Manq’a youth must reinvent itself in the corona crisis
Our STARS program finds innovative ways to continue its activities despite covid-19. Here are some examples from Ethiopia, Senegal, Rwanda and Burkina Faso.
The STARS country teams are currently adapting their 2020 country plans, taking into account the new Covid-19 restrictions and realities. For example in Rwanda, to make sure that microfinance institutions (MFIs) can continue to provide loans to farmers thus managing risks arising such as shortage of liquidity, the STARS team is advocating towards large investors such as Rabobank Foundation, to loosen the repayment conditions for the MFIs. In value chain development, STARS is working in securing markets for the harvested maize and is planning activities around the marketing of rice in the next season.
In Ethiopia, where STARS works with five MFIs and 17 producer organizations in the potatoes and malt barley value chains, the country team cannot move freely between cities and villages for an undetermined period. But no matter how difficult the current Covid-19 situation, STARS will support its partners to continue its activities using digital means, to ensure that farmers can still access the markets now that they are harvesting their crops and need access to the markets.
Despite Covid-19 measures severely affecting the STARS program in Senegal, the team also mapped opportunities that could help STARS partners to mitigate some of the effects related to the Covid-19 semi-lockdown. In Access to Finance: BCEAO (West Africa Central Bank) has put in place a mechanism that can refinance banks and MFIs at low interest rates. In addition, the Senegalese government is looking for a mechanism to facilitate access to refinancing through DER (Direction de l’Entreprenariat Rapide) and FONGIP (National Guarantee Fund) to facilitate access to refinance for all MFIs.
STARS will closely work with its MFI partners to monitor the operationalization of their Covid-19 resiliency plans. Specific attention will be paid to liquidity availability to ensure that MFI continuously serve their clients and allow for economic recovery, specifically in the agriculture sector.
In Value Chain Development: Due to the semi-lockdown, farmers noticed a lack of transportation and a closure of many public markets. Despite these restrictions, some producer organizations have been able to sell part of their products for exportation to Spain. But others like APOQ, FADEC SUD and APOQ are in a more difficult position. STARS has set up a strategy, together with market information platform Mlouma, to facilitate the marketing of the onions both nationally and internationally.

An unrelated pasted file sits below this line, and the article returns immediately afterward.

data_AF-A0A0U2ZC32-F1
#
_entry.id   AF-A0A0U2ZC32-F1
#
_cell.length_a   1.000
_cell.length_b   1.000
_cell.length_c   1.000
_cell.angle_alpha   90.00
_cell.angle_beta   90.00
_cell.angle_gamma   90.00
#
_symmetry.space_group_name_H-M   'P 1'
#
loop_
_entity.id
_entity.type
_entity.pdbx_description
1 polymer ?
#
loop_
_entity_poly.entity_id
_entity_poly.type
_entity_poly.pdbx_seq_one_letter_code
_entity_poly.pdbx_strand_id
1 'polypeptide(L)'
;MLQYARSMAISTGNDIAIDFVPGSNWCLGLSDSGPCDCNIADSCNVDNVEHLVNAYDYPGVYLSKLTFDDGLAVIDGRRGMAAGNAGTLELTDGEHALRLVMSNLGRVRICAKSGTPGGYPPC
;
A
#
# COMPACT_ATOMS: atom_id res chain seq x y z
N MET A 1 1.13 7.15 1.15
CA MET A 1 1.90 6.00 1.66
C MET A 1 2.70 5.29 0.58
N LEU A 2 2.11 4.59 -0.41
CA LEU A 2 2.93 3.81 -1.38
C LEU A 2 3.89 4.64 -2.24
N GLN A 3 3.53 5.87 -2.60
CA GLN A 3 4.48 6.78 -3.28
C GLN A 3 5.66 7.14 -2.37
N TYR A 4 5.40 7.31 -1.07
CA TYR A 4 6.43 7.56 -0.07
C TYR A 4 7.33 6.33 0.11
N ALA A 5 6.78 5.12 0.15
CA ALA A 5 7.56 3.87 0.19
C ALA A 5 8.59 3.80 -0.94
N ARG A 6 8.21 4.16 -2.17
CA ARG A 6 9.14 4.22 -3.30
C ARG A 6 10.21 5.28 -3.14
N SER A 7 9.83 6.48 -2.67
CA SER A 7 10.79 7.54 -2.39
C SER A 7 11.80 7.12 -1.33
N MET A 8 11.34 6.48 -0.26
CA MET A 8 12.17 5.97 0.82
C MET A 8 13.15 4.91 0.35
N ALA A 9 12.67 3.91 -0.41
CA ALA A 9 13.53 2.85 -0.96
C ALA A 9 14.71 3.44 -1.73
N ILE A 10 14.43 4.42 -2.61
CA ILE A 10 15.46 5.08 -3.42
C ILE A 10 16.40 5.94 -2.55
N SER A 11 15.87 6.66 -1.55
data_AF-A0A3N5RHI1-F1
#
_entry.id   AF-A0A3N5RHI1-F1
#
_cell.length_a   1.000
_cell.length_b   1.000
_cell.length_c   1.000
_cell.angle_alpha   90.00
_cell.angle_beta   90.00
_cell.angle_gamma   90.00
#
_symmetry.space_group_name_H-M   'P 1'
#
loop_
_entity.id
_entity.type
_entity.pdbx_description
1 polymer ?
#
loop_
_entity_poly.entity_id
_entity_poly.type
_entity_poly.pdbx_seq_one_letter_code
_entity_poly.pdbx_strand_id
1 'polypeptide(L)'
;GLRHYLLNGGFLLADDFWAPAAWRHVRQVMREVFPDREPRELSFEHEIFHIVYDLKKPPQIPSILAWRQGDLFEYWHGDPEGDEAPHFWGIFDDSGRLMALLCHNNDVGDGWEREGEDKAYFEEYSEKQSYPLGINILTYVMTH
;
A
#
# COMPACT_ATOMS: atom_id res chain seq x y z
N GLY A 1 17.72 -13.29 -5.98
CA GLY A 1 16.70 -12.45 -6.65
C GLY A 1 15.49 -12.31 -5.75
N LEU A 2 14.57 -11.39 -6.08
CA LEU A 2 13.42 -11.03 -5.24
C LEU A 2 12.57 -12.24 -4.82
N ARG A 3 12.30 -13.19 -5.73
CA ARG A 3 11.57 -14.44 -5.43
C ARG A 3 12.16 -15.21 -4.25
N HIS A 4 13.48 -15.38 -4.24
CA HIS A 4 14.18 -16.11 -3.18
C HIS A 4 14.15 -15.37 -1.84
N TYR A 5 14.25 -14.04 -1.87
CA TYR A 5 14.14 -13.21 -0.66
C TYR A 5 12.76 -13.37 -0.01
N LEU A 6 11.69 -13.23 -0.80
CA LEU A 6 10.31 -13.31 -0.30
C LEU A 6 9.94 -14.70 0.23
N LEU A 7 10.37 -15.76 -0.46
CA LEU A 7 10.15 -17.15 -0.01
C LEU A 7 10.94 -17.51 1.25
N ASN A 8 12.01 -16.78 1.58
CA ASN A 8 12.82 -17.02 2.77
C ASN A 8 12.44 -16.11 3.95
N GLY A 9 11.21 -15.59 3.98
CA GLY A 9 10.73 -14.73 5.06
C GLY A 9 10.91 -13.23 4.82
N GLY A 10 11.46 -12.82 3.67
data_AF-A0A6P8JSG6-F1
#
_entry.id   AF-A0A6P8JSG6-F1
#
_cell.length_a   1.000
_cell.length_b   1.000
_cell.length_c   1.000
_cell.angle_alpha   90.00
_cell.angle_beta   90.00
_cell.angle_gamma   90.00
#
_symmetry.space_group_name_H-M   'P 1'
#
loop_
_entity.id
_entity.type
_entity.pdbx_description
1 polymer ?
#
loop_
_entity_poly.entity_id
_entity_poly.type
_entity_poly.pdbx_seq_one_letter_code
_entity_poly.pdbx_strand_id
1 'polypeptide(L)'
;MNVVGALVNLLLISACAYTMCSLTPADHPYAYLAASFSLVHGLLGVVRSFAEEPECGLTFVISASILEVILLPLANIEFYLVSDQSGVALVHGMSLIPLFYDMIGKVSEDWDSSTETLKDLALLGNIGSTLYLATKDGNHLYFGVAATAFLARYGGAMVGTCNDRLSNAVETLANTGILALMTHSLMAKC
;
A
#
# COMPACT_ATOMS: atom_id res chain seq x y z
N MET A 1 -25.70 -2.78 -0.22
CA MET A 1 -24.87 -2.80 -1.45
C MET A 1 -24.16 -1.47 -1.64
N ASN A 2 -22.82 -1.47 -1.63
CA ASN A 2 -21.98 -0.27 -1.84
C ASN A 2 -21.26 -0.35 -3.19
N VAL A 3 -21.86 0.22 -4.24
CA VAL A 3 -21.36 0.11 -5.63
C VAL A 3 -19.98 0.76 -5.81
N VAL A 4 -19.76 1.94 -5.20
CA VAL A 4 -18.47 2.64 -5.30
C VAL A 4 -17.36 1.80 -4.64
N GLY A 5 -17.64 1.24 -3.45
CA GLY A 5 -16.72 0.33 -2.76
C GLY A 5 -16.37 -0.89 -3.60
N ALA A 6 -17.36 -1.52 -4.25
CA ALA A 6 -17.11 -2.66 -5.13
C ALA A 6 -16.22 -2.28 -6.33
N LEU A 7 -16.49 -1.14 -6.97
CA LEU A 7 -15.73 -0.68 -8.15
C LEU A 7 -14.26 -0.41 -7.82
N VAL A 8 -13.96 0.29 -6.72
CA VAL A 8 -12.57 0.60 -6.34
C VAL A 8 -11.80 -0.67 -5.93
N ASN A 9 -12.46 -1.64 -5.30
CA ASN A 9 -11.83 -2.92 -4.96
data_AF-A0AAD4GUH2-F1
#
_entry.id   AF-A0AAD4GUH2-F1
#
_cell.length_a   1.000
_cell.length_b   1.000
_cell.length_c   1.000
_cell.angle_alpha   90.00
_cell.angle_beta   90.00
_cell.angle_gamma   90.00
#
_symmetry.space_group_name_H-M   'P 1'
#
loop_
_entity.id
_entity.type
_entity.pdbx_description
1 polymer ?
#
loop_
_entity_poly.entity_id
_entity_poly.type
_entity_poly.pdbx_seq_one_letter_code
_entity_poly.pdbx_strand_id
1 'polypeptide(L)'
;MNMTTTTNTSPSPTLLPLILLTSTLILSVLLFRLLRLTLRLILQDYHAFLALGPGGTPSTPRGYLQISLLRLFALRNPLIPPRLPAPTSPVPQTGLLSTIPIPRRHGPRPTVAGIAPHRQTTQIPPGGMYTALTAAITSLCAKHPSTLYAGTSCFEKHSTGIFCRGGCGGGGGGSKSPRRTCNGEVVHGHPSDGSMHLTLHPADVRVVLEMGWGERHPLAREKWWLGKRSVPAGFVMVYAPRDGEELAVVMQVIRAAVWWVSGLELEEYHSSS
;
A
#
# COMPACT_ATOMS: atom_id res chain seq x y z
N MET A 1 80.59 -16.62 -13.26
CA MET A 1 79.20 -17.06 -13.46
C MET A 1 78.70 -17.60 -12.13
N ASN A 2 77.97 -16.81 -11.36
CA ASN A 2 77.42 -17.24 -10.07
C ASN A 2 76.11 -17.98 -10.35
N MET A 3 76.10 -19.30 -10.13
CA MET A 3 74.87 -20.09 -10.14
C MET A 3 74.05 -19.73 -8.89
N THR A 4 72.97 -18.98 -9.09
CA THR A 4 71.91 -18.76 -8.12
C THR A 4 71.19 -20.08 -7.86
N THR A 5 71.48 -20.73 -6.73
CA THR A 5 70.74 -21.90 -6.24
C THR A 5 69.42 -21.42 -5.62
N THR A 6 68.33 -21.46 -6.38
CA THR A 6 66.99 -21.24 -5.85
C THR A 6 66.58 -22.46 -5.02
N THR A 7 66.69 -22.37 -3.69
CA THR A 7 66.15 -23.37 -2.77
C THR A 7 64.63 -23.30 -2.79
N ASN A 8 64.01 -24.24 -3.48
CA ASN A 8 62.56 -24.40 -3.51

In Burkina Faso, where STARS works with six MFIs and 18 producer organizations in the shea and sesame value chains, the country team is using digital tools to strengthen the capacities of producer organizations. During a Google Hangouts meeting, STARS advised to strictly apply the COVID-19 restrictions to protect themselves and prevent contamination of their products. In addition, shea producer organizations would like to inform their members on hygiene and social distance measures when collecting shea nuts. Therefore, STARS Burkina Faso will develop a digital flyer that explains to farmers how they can collect nuts safely and hygienically.
In addition, sesame producer organizations expressed the need to continue the already planned training on best agricultural practices (especially during harvesting and post harvesting operations) for their member farmers to prepare themselves for the next planting season in July. But since movements are restricted, the STARS team is currently developing a training mechanism, using digital tools.
“The STARS team in Burkina Faso can’t physically leave our capital city Ouagadougou, since the whole country is in lockdown. So we link producer organizations to local capacity builders in every intervention area we work in. The local capacity builders will be coached through STARS, using video calls. Those local capacity builders will then train animators. Animators will then train farmers in small groups in their villages, while respecting the social distance rules,” Karim Zone, STARS Value Chain Advisor of ICCO Cooperation explains.